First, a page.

Things are looking good again for Boulder, Co.-based startup, Occipital.
But it's been a turbulent ride for Occipital to get this far.
In a not-so-surprising turn of events, Apple's
policies changed, and Occipital's RedLaser - an app that essentially turned the device into a bar-code scanning laser - was rejected. Apple was having issues
with developers overlaying graphics onto the camera screen of the
We covered Occipital back in May of this year, when it launched the app, which tapped into the not so powerful iPhone 3G camera, and let users scan pretty much any main stream product, like DVD's, books and CD's, and then sent back price comparisons and details of the product they were interested in.
Three months of waiting and Apple finally released iPhone OS 3.1, re-approving Occipital's app along with all the other developers that were undergoing similar issues.
"We think things are slowly starting to change in the App store, in terms of Apple's communications with developers, the ability for us to get an actual response," Jeffrey Powers, co-founder of Occipital told me. "We've witnessed this first hand, believe it or not, when we first started we'd go an entire week without hearing from Apple, and now we have somebody there we can call."
So what is Occipital exactly out to achieve and win over with other app developers? Well now that its RedLaser technology has be re-approved, it's out to get companies to build apps that make use of its scanner. DailyBurn, now available in the store, is a food journaling application. There's already plenty of them out there, but DailyBurn is trying to differentiate itself by instead of having users punch in all the information on every single thing they eat, instead, simply scan the bar code of that bag of chips and add it to their calorie tracker.
Powers told us Occipital's database currently has over 1 million bar codes. "On day one of launch you can scan almost anything in your cabinet," said Powers.
Along with DailyBurn, Occipital will also serve as the technology behind an app soon to be released called Corkz, which will integrate the RedLaser technology so users can scan wine bottles to get pricing, ratings and pairing information.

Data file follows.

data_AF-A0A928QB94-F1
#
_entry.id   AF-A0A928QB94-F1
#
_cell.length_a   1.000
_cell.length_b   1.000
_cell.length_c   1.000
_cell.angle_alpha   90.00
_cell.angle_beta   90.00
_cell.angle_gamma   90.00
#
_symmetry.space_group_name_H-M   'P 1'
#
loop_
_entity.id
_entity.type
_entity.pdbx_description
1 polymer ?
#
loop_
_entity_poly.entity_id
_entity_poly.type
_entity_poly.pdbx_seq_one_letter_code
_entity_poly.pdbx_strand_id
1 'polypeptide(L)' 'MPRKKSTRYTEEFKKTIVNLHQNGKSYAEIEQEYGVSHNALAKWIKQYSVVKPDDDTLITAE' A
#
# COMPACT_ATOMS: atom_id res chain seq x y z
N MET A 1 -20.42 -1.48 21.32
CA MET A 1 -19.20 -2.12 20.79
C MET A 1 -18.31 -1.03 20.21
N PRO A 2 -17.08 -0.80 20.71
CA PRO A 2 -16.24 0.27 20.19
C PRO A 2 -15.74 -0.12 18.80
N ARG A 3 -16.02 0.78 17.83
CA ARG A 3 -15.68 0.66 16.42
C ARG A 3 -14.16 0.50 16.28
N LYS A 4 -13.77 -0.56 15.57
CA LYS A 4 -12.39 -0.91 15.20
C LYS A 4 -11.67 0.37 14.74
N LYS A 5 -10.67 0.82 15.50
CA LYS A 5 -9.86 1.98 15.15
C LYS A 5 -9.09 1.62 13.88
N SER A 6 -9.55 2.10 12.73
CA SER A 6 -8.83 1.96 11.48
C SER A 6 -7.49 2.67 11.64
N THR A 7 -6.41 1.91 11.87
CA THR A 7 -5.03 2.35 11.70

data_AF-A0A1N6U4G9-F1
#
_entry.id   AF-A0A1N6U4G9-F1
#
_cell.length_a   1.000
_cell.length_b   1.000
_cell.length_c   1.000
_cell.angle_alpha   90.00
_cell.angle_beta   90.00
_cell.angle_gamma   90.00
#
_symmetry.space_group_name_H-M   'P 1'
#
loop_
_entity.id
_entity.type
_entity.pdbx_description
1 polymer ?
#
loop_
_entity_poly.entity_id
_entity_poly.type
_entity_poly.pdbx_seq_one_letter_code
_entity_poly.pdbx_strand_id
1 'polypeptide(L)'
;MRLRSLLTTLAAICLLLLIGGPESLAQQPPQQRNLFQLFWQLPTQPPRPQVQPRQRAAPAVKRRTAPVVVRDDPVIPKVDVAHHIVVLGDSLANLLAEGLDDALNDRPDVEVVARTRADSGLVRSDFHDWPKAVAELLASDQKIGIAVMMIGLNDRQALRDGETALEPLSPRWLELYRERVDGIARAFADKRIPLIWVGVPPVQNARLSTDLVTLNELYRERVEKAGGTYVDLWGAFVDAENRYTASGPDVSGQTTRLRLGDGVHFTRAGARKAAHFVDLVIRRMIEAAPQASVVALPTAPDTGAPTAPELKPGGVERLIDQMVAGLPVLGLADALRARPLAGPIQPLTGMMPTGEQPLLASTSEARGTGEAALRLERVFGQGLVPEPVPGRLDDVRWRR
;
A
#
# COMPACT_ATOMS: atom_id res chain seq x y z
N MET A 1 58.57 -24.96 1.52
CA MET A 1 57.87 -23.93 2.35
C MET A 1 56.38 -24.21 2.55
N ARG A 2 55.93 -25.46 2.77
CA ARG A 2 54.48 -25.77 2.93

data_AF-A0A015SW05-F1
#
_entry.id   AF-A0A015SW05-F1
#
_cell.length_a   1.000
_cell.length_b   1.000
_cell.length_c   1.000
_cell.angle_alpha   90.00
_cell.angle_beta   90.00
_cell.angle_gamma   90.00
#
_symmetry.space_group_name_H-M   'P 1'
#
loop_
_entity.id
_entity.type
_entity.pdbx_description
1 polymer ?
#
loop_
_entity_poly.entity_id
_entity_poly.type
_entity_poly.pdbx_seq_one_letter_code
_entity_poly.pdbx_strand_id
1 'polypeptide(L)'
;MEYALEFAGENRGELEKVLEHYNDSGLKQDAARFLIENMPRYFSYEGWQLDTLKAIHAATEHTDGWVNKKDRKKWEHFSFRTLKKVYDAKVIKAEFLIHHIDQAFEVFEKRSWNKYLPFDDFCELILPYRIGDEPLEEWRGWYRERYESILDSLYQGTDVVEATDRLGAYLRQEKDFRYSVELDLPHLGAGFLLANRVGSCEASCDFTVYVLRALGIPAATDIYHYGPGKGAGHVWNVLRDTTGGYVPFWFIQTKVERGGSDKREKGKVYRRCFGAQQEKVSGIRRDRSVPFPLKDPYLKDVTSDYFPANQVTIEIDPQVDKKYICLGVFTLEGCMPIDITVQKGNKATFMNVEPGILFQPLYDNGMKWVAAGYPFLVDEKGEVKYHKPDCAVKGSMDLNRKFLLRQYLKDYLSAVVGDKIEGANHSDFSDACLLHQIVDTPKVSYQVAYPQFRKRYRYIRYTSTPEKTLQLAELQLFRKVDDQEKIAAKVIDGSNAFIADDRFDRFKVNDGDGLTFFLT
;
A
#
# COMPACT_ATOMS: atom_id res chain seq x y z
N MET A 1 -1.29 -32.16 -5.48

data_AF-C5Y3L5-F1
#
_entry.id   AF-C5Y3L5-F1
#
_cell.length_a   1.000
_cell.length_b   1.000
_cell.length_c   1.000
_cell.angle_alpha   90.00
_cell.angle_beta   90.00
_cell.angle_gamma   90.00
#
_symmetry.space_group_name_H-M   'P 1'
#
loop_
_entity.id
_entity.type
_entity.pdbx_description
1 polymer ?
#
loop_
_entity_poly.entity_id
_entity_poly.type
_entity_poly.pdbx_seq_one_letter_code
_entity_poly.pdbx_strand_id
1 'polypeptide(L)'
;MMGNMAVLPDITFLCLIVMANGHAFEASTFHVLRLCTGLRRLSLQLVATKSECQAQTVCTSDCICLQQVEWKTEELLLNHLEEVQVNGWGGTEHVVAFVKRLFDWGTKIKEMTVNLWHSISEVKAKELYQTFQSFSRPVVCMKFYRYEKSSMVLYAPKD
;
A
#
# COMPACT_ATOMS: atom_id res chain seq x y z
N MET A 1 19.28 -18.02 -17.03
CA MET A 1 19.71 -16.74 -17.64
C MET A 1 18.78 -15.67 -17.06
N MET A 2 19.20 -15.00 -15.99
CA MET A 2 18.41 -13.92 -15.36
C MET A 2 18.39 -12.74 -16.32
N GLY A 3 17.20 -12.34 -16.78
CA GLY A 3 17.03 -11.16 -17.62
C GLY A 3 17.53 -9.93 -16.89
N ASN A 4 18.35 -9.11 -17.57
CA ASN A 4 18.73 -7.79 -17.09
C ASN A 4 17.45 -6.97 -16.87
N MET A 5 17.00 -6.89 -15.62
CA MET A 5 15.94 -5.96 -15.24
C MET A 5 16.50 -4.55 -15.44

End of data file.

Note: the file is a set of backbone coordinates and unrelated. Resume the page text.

"It's been an experimental business model in the App store, because we are trying to see if you can build a component, license it out, and actually make some revenue off of it," shared Powers on how he plans to grow his business. Although he couldn't disclose the exact details on the agreement between his company and DailyBurn, he did explain that officially, if a 3rd party developer uses Occipital's SDK, Occipital would ask for a 10% rev share on gross app price. If the application were released as free, Occipital asks for 10 cents per install, price going down depending on volume.
Currently, Occipital's RedLaser is ranked number 38 in top paid apps on the App Store. It sells for $1.99 and has been downloaded over 50,000 times (not all at the $1.99 price point). Although there are several bar code scanning applications available on the 3GS now (like Cyclops and VisionSmarts) due to auto-focus in the new camera, Occipital's technology works without the need of auto-focus - so it works on the older 3G model as well.
As for the future, Occipital plans to carry out its business of selling the RedLaser component to 3rd party developers while continuing to build out its technology - perhaps some item recognition, like pointing at an item without a barcode, like a banana, and identifying it.